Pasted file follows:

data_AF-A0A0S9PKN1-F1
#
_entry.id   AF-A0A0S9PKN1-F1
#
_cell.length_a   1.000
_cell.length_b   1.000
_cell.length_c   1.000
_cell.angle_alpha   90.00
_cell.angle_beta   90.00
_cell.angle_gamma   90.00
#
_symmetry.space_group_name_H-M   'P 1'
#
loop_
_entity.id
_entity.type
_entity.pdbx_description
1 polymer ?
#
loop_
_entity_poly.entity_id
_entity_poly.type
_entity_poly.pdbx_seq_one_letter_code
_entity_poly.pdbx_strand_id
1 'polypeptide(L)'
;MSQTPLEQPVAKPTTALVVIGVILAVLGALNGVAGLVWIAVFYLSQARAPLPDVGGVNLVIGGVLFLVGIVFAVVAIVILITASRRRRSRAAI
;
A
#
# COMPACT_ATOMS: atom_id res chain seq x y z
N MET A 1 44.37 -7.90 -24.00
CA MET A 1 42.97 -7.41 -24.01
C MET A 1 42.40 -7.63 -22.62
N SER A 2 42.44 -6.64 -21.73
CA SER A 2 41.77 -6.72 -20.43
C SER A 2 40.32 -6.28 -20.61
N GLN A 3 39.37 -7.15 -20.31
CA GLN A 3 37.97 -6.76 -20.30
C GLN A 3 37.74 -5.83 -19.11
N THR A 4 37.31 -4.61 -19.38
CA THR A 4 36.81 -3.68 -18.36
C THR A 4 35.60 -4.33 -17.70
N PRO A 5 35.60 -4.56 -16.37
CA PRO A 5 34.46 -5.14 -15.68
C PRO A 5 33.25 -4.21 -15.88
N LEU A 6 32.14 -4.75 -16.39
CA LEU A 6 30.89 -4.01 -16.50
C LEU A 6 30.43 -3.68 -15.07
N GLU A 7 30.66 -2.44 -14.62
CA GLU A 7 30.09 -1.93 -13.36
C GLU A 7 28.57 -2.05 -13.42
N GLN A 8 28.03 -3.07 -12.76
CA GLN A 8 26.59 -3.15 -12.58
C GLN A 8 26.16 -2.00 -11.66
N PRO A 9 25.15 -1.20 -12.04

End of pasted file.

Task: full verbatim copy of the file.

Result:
data_AF-A0A0S9PKN1-F1
#
_entry.id   AF-A0A0S9PKN1-F1
#
_cell.length_a   1.000
_cell.length_b   1.000
_cell.length_c   1.000
_cell.angle_alpha   90.00
_cell.angle_beta   90.00
_cell.angle_gamma   90.00
#
_symmetry.space_group_name_H-M   'P 1'
#
loop_
_entity.id
_entity.type
_entity.pdbx_description
1 polymer ?
#
loop_
_entity_poly.entity_id
_entity_poly.type
_entity_poly.pdbx_seq_one_letter_code
_entity_poly.pdbx_strand_id
1 'polypeptide(L)'
;MSQTPLEQPVAKPTTALVVIGVILAVLGALNGVAGLVWIAVFYLSQARAPLPDVGGVNLVIGGVLFLVGIVFAVVAIVILITASRRRRSRAAI
;
A
#
# COMPACT_ATOMS: atom_id res chain seq x y z
N MET A 1 44.37 -7.90 -24.00
CA MET A 1 42.97 -7.41 -24.01
C MET A 1 42.40 -7.63 -22.62
N SER A 2 42.44 -6.64 -21.73
CA SER A 2 41.77 -6.72 -20.43
C SER A 2 40.32 -6.28 -20.61
N GLN A 3 39.37 -7.15 -20.31
CA GLN A 3 37.97 -6.76 -20.30
C GLN A 3 37.74 -5.83 -19.11
N THR A 4 37.31 -4.61 -19.38
CA THR A 4 36.81 -3.68 -18.36
C THR A 4 35.60 -4.33 -17.70
N PRO A 5 35.60 -4.56 -16.37
CA PRO A 5 34.46 -5.14 -15.68
C PRO A 5 33.25 -4.21 -15.88
N LEU A 6 32.14 -4.75 -16.39
CA LEU A 6 30.89 -4.01 -16.50
C LEU A 6 30.43 -3.68 -15.07
N GLU A 7 30.66 -2.44 -14.62
CA GLU A 7 30.09 -1.93 -13.36
C GLU A 7 28.57 -2.05 -13.42
N GLN A 8 28.03 -3.07 -12.76
CA GLN A 8 26.59 -3.15 -12.58
C GLN A 8 26.16 -2.00 -11.66
N PRO A 9 25.15 -1.20 -12.04